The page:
This briefing assesses the financial health of those providers by unpicking the headline figures presented in the official accounts to reveal the true underlying state of the NHS’s finances today, and to outline prospects for the next three to four years | Nuffield Trust
- NHS trusts have begun the current financial year, 2017/18, on course for an underlying overspend or deficit of £5.9 billion. To meet their reported deficit target of £500 million, they will need to cut their operating costs by £3.6 billion and receive temporary extra funds of £1.8 billion.
- This would require trusts to make savings in one year equivalent to 4.3 per cent of their operating costs – far in excess of any level achieved over recent years and likely to be almost impossible to deliver.
- A more likely scenario is that they will make cost savings similar to the level made last year. That would collectively leave the trusts with an underlying deficit of around £3.5 billion.
- The headline deficit for 2016/17 (which ended in March 2017) was £791 million. However, that figure was flattered by billions of pounds’ worth of one-off savings, temporary extra funding and accountancy changes that did nothing to improve the underlying state of provider finances. Once they are removed, the underlying deficit for 2016/17 is £3.7 billion.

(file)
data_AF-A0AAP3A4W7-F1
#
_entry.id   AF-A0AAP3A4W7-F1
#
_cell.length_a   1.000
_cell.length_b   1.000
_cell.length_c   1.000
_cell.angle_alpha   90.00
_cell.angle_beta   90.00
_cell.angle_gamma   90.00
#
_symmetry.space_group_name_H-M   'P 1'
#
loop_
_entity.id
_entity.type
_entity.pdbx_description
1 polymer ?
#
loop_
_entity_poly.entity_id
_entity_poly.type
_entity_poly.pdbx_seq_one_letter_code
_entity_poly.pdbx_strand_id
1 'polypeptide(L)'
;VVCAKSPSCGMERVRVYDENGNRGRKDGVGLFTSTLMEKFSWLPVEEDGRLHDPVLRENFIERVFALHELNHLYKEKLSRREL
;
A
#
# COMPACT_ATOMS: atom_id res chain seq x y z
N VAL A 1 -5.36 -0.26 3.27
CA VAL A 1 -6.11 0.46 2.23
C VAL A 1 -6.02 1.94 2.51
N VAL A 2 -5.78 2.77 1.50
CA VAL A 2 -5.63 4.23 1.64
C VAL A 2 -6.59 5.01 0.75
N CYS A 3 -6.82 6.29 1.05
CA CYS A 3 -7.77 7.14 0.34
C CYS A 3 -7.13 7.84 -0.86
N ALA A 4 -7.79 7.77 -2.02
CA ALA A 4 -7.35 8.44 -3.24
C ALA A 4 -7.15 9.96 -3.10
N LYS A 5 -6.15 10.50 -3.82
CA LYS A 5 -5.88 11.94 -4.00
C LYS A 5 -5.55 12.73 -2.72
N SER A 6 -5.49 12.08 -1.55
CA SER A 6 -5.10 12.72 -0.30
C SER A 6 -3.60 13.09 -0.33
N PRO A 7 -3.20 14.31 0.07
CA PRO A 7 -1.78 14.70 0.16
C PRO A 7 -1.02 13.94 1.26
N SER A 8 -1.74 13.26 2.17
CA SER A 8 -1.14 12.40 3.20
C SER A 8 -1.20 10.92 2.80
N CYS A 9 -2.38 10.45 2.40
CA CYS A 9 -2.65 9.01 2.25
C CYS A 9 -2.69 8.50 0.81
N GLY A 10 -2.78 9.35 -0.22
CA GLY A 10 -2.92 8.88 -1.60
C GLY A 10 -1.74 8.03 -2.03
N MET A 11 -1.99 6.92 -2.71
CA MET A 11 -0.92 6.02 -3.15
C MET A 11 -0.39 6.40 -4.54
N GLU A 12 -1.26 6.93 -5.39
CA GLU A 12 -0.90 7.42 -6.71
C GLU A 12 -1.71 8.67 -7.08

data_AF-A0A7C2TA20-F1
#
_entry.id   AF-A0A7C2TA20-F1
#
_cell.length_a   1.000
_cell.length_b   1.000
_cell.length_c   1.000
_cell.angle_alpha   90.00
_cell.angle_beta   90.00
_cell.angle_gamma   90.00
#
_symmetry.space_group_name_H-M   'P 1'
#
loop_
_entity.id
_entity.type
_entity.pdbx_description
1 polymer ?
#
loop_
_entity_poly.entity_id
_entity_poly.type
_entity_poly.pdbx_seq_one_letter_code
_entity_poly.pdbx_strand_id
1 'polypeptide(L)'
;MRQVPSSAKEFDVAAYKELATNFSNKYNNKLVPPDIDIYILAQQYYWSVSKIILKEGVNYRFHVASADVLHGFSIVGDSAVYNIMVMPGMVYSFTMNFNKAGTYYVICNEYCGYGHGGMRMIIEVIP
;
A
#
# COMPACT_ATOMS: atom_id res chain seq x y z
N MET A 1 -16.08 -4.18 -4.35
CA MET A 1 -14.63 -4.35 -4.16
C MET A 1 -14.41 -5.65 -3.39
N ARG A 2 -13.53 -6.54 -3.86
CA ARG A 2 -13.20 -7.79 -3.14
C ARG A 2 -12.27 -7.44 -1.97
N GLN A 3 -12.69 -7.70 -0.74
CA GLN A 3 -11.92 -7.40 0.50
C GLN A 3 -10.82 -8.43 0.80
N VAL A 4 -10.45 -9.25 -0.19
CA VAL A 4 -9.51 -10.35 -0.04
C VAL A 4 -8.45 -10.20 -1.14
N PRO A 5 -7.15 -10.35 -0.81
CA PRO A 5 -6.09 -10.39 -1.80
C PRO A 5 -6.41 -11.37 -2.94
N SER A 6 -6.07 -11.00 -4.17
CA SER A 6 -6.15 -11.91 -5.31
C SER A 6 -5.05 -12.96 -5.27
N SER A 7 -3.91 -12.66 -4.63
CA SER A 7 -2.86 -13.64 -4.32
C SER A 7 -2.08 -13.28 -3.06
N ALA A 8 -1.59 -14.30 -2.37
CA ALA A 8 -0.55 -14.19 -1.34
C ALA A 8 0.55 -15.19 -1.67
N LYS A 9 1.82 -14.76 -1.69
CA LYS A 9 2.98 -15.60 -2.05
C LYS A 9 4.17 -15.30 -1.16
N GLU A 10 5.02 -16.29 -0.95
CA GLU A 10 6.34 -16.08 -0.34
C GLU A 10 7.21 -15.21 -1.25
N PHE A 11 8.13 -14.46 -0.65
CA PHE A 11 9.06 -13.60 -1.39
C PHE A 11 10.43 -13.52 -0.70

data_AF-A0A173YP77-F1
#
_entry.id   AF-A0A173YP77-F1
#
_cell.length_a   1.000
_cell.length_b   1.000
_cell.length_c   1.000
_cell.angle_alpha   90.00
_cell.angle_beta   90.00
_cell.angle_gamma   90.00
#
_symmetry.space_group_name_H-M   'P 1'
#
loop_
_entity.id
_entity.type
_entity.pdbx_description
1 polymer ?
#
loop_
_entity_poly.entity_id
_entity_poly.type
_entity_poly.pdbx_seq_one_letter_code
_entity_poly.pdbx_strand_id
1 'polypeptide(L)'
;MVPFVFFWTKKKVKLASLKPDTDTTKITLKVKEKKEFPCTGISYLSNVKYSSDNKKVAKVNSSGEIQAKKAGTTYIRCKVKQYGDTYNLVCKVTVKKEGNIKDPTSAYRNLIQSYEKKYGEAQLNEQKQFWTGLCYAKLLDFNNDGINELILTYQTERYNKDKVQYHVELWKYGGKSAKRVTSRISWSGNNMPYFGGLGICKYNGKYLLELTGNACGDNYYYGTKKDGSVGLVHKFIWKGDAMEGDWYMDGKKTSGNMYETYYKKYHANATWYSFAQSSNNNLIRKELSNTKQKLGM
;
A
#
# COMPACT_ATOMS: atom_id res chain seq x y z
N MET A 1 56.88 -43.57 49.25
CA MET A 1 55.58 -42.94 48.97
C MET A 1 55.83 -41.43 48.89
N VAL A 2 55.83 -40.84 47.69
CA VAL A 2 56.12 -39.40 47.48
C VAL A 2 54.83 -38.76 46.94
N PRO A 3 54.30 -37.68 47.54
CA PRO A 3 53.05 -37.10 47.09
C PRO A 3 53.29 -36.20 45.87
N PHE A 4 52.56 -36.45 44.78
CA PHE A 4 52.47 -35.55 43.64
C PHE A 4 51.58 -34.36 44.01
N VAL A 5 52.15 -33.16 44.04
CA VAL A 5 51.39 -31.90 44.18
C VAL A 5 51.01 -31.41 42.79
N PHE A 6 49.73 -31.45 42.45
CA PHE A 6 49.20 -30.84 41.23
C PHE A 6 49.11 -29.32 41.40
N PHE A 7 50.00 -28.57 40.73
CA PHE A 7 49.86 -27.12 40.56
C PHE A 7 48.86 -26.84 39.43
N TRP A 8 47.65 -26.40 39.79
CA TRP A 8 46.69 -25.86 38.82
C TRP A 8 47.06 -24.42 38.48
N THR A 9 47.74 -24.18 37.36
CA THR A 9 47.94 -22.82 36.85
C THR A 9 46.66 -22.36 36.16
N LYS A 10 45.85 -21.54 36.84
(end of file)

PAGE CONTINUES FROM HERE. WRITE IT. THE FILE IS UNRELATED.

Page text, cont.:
- This is compared to an underlying deficit the year before, 2015/16, of £4.3 billion. As trusts also had to soak up additional inflation costs in 2016/17, the reduction in the underlying deficit between 2015/16 and 2016/17 actually represents providers making £2.3 billion in permanent savings.
- Projections of future years suggest that, even under optimistic assumptions for inflation and continued high levels of savings, NHS providers will continue to run a large collective underlying deficit until at least 2020/21.
Read the full briefing here